But what’s in a name? The European Parliament is currently drawing up plans to blacklist the most invasive non-native species. This new legislation will ban the possession, transport, selling or growing of species deemed to be of "Union Concern". This is a major step forward in co-ordinated efforts to tackle the spread of the worst offenders, but alarm has been raised in some quarters around the lack of clarity over which species will be included. It’s been suggested, for example, that 300 garden Rhododendrons could banned as they can trace their parentage back to Rhododendron ponticum.

It is highly unlikely that R. ponticum will be included. Since R. ponticum is native to Spain and Portugal it can’t be listed as a concern for the whole Union; only the most invasive non-native species across Europe can be included. Instead, it can only be placed on a Regional list for those countries where it’s a problem and this limits what can be done about controlling it under the new legislation.

We are a long way from deciding what goes onto the list. The regulations being voted on now won’t come into force until 1st January 2015 and there will be a further 1.5 years to put the measures in place. Until then, we have time to develop selection criteria and propose which species should be listed. Any species proposed will have to be put through formal Risk Assessment before making it onto the list, a process we’ll all be involved with.

As for the hybrid R. x superponticum, research published by the RHS allows us to clearly identify this taxon from others. This one R. ponticum hybrid is invasive and it’s in our gift to determine how it’s treated under the new legislation. If any other Rhododendron hybrids are invasive, and I’m not aware of any that are, they should be put through Risk Assessment and treated accordingly. As one Spanish colleague put it, raising concerns now is rather like “putting on a plaster before having an injury”.

Just as these species have leapt over the garden wall and escaped, we sometimes need to look over the garden wall ourselves and acknowledge the damage they’re causing in the wild. The last few sites for Starfruit, a beautiful water-plantain, are threatened with New Zealand Pigmyweed and the species might now be extinct in Britain. On Gower in south Wales the only British sites for Yellow Whitlowgrass are threatened by seven different species of Cotoneaster. And on the coast of south west Ireland, farmers are having to abandon fields that are being taken over by Giant-rhubarb.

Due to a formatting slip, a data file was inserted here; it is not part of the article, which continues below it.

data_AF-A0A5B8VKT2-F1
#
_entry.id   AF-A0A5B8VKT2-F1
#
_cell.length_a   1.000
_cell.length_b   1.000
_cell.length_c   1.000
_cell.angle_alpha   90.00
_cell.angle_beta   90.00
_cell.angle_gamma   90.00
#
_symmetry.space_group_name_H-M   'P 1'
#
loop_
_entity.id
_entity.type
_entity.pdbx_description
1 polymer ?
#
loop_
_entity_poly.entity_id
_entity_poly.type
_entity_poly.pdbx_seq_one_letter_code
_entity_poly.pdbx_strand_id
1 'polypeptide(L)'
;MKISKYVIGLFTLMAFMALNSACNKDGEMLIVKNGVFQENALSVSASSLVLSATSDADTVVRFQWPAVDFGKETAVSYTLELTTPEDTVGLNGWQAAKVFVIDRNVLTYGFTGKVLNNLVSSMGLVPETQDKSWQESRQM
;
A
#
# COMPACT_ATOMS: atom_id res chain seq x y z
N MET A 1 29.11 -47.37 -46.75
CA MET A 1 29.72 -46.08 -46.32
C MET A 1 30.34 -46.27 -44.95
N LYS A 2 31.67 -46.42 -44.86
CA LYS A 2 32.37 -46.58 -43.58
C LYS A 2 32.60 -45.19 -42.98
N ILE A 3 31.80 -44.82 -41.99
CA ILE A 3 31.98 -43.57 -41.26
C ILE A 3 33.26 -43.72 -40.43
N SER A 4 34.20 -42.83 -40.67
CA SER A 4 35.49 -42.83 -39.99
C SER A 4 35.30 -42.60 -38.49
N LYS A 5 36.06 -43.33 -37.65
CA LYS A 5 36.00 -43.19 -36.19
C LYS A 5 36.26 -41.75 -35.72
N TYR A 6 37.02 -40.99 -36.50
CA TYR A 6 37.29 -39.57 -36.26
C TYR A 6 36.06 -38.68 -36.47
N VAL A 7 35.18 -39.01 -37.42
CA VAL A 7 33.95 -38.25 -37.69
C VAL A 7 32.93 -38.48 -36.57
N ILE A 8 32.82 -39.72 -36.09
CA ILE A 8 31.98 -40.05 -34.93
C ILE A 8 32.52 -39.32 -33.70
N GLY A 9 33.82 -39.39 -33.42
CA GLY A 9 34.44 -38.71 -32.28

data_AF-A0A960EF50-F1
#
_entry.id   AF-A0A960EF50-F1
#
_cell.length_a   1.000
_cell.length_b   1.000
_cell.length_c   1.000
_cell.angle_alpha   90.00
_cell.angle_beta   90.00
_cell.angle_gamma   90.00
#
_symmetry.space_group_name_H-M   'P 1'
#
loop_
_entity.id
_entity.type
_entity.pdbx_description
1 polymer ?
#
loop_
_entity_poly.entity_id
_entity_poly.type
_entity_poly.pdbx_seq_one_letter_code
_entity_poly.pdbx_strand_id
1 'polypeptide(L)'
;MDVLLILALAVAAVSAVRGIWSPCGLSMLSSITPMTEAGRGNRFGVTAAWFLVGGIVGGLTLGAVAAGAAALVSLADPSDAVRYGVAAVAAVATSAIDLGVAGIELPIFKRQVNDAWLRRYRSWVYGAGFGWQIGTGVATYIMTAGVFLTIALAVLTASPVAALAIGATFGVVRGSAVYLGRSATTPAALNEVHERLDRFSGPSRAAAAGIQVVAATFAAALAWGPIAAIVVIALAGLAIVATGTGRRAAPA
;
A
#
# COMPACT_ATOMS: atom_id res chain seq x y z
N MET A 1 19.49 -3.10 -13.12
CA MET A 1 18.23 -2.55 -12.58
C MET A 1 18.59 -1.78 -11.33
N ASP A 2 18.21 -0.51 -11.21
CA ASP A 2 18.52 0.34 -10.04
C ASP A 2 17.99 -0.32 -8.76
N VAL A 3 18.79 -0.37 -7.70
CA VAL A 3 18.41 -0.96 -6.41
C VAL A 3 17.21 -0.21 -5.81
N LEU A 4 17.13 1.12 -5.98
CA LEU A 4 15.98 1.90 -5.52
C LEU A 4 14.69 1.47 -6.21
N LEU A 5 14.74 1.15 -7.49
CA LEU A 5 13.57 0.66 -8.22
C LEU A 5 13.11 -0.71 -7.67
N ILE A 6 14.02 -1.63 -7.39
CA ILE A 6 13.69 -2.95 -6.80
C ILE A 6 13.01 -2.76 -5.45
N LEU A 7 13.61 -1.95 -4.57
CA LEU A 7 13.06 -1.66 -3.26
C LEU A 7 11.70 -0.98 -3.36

Back on my Welsh hillside I’m surrounded by Rhododendron on all sides. In the valley below a magnificent Celtic Rainforest - home to countless rare mosses, liverworts and lichens – has been infested. Although the oaks still stand proud the ground beneath them and all the life it supported has been obliterated. Even where I’m standing, high in the hills, an advancing front of young Rhododendron saplings can be seen marching across the heathland. The Junipers won’t last for much longer. In a few years they’ll be skeletons under the Rhododendron forest.

Saturday, 12 April 2014

Bewitched by Wildflowers on the Cliffs of South Gower

Tim Wilkins
Plantlife Botanist

On a recent visit to the rugged limestone cliffs the South Gower coast, I went looking for one of Britain’s rarest native wildflowers – Yellow Whitlowgrass. A perennial member of the cabbage family, at first glance it looks more like a saxifrage, with tight rosettes of fine leaves supporting sprays of bright yellow flowers.

Gower is the only place in Britain where Yellow Whitlowgrass is truly wild, somehow finding sanctuary here during the last Ice-age. Once thought to be a flower that was introduced from mainland Europe, genetic analysis has shown the Gower plants to be distinct from their cousins over the Channel and it is now considered genuinely native. A perfect choice then, for the people of Glamorgan when they voted it their County Flower.

After much clambering across screes and around outcrops I finally found my first plants nestled neatly on a rock ledge and just catching the spring sunlight – perfect! Camera in hand, I took a couple of photos:

Other remarkable plants cling to the limestone rocks or hide in crevices but are easily overlooked when passing by: the lichens, mosses and liverworts. Some species such as Blue Blister lichen and Pretty Cord-moss are protected under Welsh law because of their scarcity.